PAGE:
Lexington mayor Jim Gray announced on Monday afternoon that the University of Kentucky and “partners” will be spending $310 million to give Rupp Arena a modernizing facelift.
Rupp is one of college basketball’s most storied venues, but as we are in the midst of the college athletics “Arms Race”, it’s no surprise that the school decided that they would need an upgrade on their arena.
“In essence, the goal is to make Rupp a prototype for modern sports venues,” according to the NBBJ release. “The lower levels will be re-clad in a highly-transparent glass skin reaching as high as 40 feet above the ground. A newly expanded main concourse will wrap around the bowl and have views to the city, while the fan experience in the bowl will be revealed with direct views from the concourse.”
Rupp is actually located next the Lexington Convention Center, which will also be undergoing renovations. According to the Lexington Herald-Leader, it could begin as soon as 2015 and end as early as 2017.
The man in charge of doing the renovations is the same architect that updated UCLA’s Pauley Pavilion, but unlike that remodel, Kentucky will reportedly not miss any home games as a result of construction.
There will be a number of cool features added to the exterior, including transparent outer walls, a catwalk from campus to the arena and HD screens outside the arena itself. The interior will feature a couple of changes as well, including a change in how steep the upperdeck is and the inclusion of some luxury seating.
Here are some images sent out by NBBJ of the proposed changes:
The 6-foot-3 guard averaged 10.3 points per game, while shooting 42 percent from three, as a freshman. He, along with Malcolm Hill and Michael Thorne Jr., is one of three returning players who averaged double figures last season.
This could prove to be a make-or-break year for John Groce, who enters his fifth season at the helm. He guided the Illini to an NCAA Tournament in his first season, but hasn’t been back since.
The key for the Illini is health. Abrams gives them experience and leadership, but it won’t be a surprise if there’s some rust in his game after spending the past two seasons on the sideline. Having a healthy Coleman-Lands will help stabilize the backcourt, while Hill, an all-conference caliber forward, and Thorne anchor the frontcourt.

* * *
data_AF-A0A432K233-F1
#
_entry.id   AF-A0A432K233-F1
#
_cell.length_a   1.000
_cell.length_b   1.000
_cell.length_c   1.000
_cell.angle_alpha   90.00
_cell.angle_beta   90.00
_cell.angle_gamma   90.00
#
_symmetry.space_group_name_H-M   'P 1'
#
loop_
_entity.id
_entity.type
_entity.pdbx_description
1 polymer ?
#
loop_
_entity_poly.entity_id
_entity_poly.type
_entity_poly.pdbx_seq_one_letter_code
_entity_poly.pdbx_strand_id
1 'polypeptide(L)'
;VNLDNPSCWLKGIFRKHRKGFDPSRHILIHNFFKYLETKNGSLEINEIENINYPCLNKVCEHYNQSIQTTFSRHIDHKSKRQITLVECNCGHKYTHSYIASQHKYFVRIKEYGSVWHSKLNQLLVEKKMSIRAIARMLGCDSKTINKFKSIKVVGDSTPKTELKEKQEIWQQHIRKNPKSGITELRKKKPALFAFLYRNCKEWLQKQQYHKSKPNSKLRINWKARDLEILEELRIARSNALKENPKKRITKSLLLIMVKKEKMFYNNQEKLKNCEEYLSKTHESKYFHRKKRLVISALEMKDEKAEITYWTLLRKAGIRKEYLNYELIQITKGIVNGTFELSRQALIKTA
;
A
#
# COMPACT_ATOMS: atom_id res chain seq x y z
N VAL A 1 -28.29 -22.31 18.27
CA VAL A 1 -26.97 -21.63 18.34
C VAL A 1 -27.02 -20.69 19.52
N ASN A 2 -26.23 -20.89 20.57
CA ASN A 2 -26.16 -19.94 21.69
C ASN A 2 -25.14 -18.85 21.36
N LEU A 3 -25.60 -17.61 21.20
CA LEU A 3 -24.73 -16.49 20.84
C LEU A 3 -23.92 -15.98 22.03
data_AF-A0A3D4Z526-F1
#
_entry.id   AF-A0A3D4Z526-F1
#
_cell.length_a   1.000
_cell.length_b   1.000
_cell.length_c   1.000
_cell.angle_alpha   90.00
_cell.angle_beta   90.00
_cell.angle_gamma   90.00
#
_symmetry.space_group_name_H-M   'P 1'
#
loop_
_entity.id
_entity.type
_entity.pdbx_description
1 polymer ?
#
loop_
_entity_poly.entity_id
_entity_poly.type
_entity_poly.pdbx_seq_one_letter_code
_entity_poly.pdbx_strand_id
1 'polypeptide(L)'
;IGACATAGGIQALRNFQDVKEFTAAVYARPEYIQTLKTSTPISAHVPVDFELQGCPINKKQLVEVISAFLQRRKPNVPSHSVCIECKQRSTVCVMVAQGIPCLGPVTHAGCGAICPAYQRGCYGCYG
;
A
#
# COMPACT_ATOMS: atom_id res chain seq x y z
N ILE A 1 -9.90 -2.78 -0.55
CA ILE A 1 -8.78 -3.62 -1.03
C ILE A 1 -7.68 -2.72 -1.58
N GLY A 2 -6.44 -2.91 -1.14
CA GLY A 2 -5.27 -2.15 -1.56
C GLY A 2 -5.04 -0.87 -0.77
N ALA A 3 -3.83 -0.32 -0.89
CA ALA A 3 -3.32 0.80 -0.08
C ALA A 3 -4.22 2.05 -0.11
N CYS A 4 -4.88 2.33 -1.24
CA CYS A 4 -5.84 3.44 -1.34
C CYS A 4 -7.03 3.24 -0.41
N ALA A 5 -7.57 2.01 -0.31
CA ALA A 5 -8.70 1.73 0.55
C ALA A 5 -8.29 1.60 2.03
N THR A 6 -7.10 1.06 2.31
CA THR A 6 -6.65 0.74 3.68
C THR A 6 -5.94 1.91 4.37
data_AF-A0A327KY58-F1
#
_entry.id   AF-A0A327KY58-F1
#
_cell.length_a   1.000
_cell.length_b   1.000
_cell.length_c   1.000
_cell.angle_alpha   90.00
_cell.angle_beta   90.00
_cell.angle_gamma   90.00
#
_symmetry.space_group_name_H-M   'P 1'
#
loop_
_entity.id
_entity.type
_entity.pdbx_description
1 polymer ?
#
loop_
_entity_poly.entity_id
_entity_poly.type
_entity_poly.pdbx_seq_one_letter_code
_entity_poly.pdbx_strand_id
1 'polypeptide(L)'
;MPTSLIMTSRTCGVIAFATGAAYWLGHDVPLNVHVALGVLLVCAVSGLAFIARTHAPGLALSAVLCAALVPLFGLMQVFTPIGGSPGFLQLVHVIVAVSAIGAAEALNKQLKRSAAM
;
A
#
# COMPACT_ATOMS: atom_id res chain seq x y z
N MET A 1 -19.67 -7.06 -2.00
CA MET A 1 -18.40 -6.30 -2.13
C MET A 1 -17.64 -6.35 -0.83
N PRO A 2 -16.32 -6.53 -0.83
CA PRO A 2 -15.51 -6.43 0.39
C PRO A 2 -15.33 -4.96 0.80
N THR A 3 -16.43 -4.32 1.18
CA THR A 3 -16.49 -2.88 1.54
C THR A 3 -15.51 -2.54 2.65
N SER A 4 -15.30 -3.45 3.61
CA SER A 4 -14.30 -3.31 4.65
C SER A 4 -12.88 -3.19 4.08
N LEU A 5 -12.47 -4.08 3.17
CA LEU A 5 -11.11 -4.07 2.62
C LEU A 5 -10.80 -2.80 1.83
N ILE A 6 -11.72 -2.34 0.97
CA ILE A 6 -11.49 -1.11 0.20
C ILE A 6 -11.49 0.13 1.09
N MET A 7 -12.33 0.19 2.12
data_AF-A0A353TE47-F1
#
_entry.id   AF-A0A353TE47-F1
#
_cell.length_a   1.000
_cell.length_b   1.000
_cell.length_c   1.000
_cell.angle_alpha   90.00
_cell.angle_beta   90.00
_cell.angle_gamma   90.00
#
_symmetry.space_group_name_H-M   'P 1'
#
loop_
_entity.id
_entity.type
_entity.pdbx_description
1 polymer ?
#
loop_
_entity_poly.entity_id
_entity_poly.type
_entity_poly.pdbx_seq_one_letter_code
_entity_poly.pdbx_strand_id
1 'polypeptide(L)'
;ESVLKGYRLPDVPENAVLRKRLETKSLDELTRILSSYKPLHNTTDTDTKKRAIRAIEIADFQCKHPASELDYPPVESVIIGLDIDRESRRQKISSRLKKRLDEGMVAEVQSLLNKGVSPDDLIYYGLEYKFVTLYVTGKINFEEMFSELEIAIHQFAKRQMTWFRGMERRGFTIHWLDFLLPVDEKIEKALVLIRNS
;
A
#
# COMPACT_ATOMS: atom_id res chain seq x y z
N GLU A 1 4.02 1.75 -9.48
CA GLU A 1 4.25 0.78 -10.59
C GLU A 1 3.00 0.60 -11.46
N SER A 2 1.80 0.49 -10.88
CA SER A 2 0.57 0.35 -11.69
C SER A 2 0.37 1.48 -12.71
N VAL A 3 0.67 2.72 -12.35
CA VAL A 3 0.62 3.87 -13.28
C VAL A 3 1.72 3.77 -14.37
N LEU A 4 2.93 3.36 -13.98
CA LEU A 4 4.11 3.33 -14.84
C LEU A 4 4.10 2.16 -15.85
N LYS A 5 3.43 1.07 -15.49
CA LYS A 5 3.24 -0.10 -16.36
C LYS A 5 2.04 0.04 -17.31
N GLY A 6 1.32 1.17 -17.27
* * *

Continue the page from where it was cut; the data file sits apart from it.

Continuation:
Like Alkins, Jones was a sought-after scorer. The 6-foot-4 two-guard was rated No. 69 overall in the Class of 2016 by Rivals. He picked Indiana over offers from Cal, Cincinnati, Georgetown and more than a dozen other high-major programs.
Jeter, the 6-foot-10, played in a reserve role as a freshman, averaging 1.9 points and 1.9 rebounds per game last season. He will be part of a loaded frontline that includes heralded freshmen Harry Giles and Marques Bolden, as well as redshirt senior Amile Jefferson, who returns to the lineup following a foot injury.
The greatest player in Auburn program history will honored with a statue outside of the team’s home arena.
The university announced that Charles Barkley, the Naismith Memorial Basketball Hall of Famer, will be the fourth athlete to be given a statue, joining Heisman Trophy winners Bo Jackson, Pat Sullivan and Cam Newton.
“It just means a great deal to me,” Barkley said in a statement. “Being a kid from Alabama, going to Auburn. I think everybody knows what Auburn means to me. It’s going to be pretty cool.”
Barkley, currently working as an analyst for TNT, was the SEC Player of the Year in 1984, as well as a second team All-American. He averaged 14.1 points and 9.6 rebounds per game in 84 appearances for the Tigers.